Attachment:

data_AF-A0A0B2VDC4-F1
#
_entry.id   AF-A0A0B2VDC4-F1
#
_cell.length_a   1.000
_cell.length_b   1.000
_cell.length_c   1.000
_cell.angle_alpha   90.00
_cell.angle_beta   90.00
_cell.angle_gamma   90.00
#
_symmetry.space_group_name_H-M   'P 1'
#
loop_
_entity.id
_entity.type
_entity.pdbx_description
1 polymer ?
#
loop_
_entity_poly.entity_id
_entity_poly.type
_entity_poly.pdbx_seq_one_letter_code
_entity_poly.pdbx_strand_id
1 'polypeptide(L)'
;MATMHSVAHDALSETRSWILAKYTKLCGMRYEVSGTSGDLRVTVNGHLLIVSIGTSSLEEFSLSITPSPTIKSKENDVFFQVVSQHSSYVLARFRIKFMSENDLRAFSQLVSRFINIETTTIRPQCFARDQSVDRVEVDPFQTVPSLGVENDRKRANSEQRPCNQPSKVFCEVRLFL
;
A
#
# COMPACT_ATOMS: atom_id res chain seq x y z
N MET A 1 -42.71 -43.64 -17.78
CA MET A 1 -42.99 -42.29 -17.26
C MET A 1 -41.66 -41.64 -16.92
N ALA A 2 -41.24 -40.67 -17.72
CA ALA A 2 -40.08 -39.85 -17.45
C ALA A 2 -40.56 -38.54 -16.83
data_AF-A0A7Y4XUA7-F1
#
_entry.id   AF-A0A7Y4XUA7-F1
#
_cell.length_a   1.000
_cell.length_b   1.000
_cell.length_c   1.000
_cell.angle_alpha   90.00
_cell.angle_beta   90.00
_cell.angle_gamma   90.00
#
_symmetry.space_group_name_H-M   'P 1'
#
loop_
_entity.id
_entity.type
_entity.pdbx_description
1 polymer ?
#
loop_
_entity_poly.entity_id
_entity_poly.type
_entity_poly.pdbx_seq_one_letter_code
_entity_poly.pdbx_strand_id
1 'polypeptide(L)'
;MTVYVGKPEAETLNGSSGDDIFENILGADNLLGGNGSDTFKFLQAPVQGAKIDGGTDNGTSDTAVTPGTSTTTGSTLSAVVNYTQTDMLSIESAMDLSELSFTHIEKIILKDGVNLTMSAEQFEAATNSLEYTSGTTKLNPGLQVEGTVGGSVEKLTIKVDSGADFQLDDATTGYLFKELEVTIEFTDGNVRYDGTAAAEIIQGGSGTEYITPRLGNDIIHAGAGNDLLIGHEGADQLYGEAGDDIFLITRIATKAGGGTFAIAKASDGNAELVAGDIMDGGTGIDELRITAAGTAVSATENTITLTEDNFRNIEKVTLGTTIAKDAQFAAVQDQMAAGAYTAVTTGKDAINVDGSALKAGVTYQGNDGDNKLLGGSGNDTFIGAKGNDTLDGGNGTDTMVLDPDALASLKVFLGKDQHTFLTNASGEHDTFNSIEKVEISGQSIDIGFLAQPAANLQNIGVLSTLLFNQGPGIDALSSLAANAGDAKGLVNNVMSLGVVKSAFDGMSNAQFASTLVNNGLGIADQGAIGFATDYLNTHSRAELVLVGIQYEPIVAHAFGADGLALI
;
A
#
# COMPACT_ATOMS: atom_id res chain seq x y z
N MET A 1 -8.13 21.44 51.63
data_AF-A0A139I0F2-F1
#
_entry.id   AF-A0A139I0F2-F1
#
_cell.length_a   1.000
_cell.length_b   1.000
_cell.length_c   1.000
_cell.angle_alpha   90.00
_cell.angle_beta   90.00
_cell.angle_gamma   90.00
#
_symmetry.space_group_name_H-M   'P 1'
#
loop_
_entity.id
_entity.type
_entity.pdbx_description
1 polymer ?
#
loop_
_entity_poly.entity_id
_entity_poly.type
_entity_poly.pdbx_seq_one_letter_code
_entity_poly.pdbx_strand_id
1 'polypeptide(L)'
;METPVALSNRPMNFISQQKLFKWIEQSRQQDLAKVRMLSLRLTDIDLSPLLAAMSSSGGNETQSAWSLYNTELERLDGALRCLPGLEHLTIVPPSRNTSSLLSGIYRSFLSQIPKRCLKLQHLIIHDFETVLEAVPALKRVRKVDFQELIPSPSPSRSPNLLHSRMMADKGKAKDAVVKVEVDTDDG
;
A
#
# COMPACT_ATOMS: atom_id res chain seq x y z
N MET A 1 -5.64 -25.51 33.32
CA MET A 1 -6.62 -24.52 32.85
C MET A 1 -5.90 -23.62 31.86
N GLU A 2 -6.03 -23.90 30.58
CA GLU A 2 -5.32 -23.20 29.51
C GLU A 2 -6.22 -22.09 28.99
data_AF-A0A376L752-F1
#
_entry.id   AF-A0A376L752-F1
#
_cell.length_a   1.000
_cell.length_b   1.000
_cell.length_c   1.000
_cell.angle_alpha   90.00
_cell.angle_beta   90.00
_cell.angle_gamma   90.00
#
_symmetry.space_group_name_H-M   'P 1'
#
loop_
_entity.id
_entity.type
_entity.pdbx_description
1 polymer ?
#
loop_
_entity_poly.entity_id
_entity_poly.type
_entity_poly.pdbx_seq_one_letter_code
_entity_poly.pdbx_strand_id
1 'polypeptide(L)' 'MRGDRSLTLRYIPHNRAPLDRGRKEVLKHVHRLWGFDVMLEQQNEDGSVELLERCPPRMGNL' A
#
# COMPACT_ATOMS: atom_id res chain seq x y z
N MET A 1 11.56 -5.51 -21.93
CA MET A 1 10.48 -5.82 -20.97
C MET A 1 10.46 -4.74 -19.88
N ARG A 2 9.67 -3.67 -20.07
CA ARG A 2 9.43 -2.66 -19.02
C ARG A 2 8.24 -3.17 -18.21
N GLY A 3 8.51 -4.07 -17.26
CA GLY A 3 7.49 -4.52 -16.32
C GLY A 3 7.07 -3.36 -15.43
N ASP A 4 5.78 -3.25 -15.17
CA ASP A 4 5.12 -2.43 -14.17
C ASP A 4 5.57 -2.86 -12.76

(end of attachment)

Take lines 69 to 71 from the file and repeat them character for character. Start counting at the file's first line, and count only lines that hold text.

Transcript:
#
_entry.id   AF-A0A139I0F2-F1
#